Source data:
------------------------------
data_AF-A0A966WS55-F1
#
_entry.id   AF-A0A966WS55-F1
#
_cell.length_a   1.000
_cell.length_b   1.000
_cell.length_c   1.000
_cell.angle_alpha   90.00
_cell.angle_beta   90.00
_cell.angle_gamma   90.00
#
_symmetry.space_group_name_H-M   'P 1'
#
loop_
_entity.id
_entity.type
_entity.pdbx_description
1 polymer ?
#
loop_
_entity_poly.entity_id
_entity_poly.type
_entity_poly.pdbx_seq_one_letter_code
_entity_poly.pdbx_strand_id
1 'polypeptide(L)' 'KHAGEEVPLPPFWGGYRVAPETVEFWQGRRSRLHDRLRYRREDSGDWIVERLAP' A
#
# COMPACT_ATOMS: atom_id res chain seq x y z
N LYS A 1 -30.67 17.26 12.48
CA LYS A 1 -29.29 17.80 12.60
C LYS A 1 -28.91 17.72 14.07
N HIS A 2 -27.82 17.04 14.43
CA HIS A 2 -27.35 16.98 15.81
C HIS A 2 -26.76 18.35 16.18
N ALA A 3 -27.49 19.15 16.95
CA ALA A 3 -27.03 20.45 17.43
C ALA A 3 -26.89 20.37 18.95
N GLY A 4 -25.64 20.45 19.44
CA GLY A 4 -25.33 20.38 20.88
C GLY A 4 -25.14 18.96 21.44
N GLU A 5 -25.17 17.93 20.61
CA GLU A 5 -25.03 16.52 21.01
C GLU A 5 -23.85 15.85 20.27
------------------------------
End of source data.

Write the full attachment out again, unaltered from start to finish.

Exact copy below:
data_AF-A0A966WS55-F1
#
_entry.id   AF-A0A966WS55-F1
#
_cell.length_a   1.000
_cell.length_b   1.000
_cell.length_c   1.000
_cell.angle_alpha   90.00
_cell.angle_beta   90.00
_cell.angle_gamma   90.00
#
_symmetry.space_group_name_H-M   'P 1'
#
loop_
_entity.id
_entity.type
_entity.pdbx_description
1 polymer ?
#
loop_
_entity_poly.entity_id
_entity_poly.type
_entity_poly.pdbx_seq_one_letter_code
_entity_poly.pdbx_strand_id
1 'polypeptide(L)' 'KHAGEEVPLPPFWGGYRVAPETVEFWQGRRSRLHDRLRYRREDSGDWIVERLAP' A
#
# COMPACT_ATOMS: atom_id res chain seq x y z
N LYS A 1 -30.67 17.26 12.48
CA LYS A 1 -29.29 17.80 12.60
C LYS A 1 -28.91 17.72 14.07
N HIS A 2 -27.82 17.04 14.43
CA HIS A 2 -27.35 16.98 15.81
C HIS A 2 -26.76 18.35 16.18
N ALA A 3 -27.49 19.15 16.95
CA ALA A 3 -27.03 20.45 17.43
C ALA A 3 -26.89 20.37 18.95
N GLY A 4 -25.64 20.45 19.44
CA GLY A 4 -25.33 20.38 20.88
C GLY A 4 -25.14 18.96 21.44
N GLU A 5 -25.17 17.93 20.61
CA GLU A 5 -25.03 16.52 21.01
C GLU A 5 -23.85 15.85 20.27